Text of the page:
This project is significant as the first attempt by an organization to adapt core science and mathematics curricula into the ANSI/NISO Digital Talking Book format for use by all print disabled students. Additionally, this is the first effort to incorporate MathSpeak™ into DTB's and the DAISY/NISO DTB standard.
There is a strong need for better math and science education among print disabled students. Currently, secondary school age students are in large part unable to receive accessible instructional materials in mathematics and science. The natural result of this lack of materials is a general deficit in knowledge and skills and in math and science by students who are print disabled. This lack of accessible instructional materials has unfairly limited students who are print disabled in that they often lack the opportunity to study math and science. Because of a lack of access to science and math instructional materials the print disabled are ultimately unable to seek employment in the growing high tech job sector. If print disabled individuals have an equal opportunity to study mathematics and science, many new career opportunities will be opened up to this class of individuals that were previously not viable options.
The ultimate goal of this project is to provide print disabled students an opportunity to learn mathematics and science. To further this goal, gh is developing a module for the gh PLAYER™ capable of interpreting MathSpeak™ and rendering both visually and aurally the information encoded therein. This MathSpeak™-compliant software player will be a key commercialization outcome of the project. Although the MathSpeak™ specification itself is intended to be an open specification, there are some aspects of this project which are proprietary, including the gh PLAYER™ itself, which has unique parsing and rendering features so as to make a viable and competitive commercial product.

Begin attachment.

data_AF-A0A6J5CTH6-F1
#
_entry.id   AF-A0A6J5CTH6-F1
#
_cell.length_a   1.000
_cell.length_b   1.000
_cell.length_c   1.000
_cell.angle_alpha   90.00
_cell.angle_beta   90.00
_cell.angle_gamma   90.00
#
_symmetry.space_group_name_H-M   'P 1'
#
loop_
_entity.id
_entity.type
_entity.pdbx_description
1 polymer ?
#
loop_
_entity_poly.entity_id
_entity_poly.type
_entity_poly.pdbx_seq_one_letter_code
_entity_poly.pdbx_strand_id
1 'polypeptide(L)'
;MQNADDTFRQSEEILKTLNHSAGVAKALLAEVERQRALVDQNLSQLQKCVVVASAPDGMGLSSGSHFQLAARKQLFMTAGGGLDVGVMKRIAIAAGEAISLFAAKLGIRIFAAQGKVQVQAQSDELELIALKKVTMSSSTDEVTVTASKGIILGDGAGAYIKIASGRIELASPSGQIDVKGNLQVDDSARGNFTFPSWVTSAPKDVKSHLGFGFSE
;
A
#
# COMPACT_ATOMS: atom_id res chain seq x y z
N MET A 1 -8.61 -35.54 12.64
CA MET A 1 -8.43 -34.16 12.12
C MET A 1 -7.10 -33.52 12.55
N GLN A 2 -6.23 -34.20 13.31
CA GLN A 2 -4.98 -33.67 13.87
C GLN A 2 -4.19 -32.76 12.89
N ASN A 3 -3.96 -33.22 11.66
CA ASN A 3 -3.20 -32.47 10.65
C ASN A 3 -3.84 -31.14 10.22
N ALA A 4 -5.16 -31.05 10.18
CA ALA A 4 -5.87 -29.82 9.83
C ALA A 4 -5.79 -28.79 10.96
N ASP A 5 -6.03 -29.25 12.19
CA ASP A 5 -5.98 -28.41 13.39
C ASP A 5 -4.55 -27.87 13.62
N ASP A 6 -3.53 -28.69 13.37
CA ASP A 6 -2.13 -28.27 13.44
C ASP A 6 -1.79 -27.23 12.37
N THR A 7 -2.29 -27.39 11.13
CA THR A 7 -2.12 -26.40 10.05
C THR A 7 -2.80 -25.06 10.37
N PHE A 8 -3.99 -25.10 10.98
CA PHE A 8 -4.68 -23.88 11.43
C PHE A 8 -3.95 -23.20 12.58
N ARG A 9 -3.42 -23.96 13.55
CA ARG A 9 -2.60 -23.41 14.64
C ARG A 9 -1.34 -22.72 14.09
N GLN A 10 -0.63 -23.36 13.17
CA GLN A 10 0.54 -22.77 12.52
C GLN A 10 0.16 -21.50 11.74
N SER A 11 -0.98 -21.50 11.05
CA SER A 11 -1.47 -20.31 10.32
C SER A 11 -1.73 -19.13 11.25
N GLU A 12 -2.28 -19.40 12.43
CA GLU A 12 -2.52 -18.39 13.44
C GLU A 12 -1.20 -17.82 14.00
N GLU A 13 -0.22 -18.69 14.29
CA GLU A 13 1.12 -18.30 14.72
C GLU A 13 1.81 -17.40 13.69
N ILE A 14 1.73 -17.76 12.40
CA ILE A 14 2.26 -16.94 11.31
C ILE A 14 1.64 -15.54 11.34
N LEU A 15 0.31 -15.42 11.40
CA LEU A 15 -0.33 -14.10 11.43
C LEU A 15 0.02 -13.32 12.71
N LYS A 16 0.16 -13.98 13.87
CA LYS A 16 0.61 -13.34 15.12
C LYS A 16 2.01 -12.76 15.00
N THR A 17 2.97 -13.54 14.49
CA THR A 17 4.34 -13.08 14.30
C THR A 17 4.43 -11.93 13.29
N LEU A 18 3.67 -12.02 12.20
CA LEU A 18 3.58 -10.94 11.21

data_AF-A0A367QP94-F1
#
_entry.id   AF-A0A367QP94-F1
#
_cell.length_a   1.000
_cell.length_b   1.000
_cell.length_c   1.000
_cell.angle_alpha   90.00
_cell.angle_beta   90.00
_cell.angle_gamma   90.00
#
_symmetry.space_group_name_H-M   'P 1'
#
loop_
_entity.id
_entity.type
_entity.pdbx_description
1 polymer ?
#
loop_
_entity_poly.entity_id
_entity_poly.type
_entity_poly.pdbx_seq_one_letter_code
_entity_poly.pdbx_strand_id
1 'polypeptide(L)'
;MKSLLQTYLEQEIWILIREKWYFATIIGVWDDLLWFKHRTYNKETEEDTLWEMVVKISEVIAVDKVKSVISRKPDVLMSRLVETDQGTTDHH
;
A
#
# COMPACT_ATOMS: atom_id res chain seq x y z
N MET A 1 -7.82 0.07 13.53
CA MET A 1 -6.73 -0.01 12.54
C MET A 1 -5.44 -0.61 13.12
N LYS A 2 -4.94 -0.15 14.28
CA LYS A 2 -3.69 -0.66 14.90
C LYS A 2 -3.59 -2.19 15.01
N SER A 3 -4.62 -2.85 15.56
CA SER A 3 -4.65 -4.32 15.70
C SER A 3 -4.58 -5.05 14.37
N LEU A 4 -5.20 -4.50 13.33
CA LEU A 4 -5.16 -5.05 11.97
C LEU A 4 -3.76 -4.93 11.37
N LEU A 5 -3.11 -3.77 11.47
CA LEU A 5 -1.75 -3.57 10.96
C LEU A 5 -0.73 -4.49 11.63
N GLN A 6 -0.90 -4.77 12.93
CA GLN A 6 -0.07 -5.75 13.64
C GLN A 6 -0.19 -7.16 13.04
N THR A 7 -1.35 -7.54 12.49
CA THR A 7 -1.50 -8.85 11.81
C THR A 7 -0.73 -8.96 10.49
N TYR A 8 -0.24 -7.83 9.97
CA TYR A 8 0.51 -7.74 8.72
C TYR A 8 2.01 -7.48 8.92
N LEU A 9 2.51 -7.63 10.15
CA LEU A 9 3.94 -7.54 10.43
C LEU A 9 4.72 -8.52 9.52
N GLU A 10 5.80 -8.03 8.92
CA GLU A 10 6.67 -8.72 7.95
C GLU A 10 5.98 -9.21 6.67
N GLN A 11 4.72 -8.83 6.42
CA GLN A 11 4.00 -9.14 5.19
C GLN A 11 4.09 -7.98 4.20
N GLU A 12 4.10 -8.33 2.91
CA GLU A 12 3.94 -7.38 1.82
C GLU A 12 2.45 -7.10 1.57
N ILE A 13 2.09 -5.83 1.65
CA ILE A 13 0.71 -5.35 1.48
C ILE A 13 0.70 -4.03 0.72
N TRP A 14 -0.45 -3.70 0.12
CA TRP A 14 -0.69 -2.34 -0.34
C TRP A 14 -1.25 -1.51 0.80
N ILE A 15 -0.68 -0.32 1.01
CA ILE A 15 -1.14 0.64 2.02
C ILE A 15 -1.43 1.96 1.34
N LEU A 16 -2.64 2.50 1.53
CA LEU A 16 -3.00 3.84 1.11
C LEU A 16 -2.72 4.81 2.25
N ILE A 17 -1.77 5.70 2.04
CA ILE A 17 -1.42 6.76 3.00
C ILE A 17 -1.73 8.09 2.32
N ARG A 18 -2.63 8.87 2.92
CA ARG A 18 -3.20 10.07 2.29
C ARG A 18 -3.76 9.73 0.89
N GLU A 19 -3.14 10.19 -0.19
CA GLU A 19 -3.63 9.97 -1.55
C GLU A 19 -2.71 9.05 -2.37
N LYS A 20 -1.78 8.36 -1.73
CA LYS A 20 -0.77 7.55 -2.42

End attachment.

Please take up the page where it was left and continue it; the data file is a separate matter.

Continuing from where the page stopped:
Additionally, by working with Dr. Nemeth, gh is continuing to refine and codify the MathSpeak™ specification, incorporating the use of both VoiceXML and MathML in the execution of the desired outcome. The eventual result will be a robust specification for spoken math, which will be introduced as a potential addition into both the National File Format standards for K-12 Instructional Materials, and both the ANSI/NISO and DAISY specifications for Digital Talking Books. gh is also committed to is making MathSpeak™ available as an open specification for anyone to build from.
The cornerstone technology of the project is the gh PLAYER™. The gh PLAYER™ integrates six types of accessible media - e-Braille, e-Large Print, Digital Talking Books, Foreign Language, Captioning, and Sign Language - allowing a broad range of people access to information sources from textbooks and publications to training manuals.
Although the gh PLAYER™ technology and the DTB media type have already been developed by gh, there is an incomplete portion of the ANSI/NISO and DAISY 3.0 standards that limits the utility of these solutions. This incompleteness is that Math and Science information is not currently addressed as part of the DTB solution. gh has developed, in conjunction with Dr. Abraham Nemeth, a technological solution for voicing mathematical and scientific information called MathSpeak™. This work is an extension of the basic MathSpeak™ grammar and lexicon originally developed by Dr. Nemeth for use by a human reader. The basic principle of MathSpeak™ is that print mathematics can be rendered aurally in parallel with both the print and Braille versions of the text. The sample books and test converted for this project demonstrate the ease of use and power of the MathSpeak™ standard.
In sum, gh is working hard to ensure a bright future for students with print disabilities. By developing new technological solutions for the aural rendering of math, gh hopes to provide better access to math and science for students with disabilities. Over the course of this ongoing research project gh has had the opportunity to work with numerous students and to witness positive impact on the lives of disabled students - an impact that will hopefully carry forth for years yet to come.
To learn more about the MathSpeak™ Initiative, just follow the topics listed below:
- Goals and Expected Results
- The Fundamental Problem of Spoken Mathematics
- Research into MathSpeak™ Theory
- Automated Production of MathSpeak™
- Development of the MathSpeak™ TTS engine
- Rendering the MathSpeak™ product
- Sample Textbooks
- Project Timeline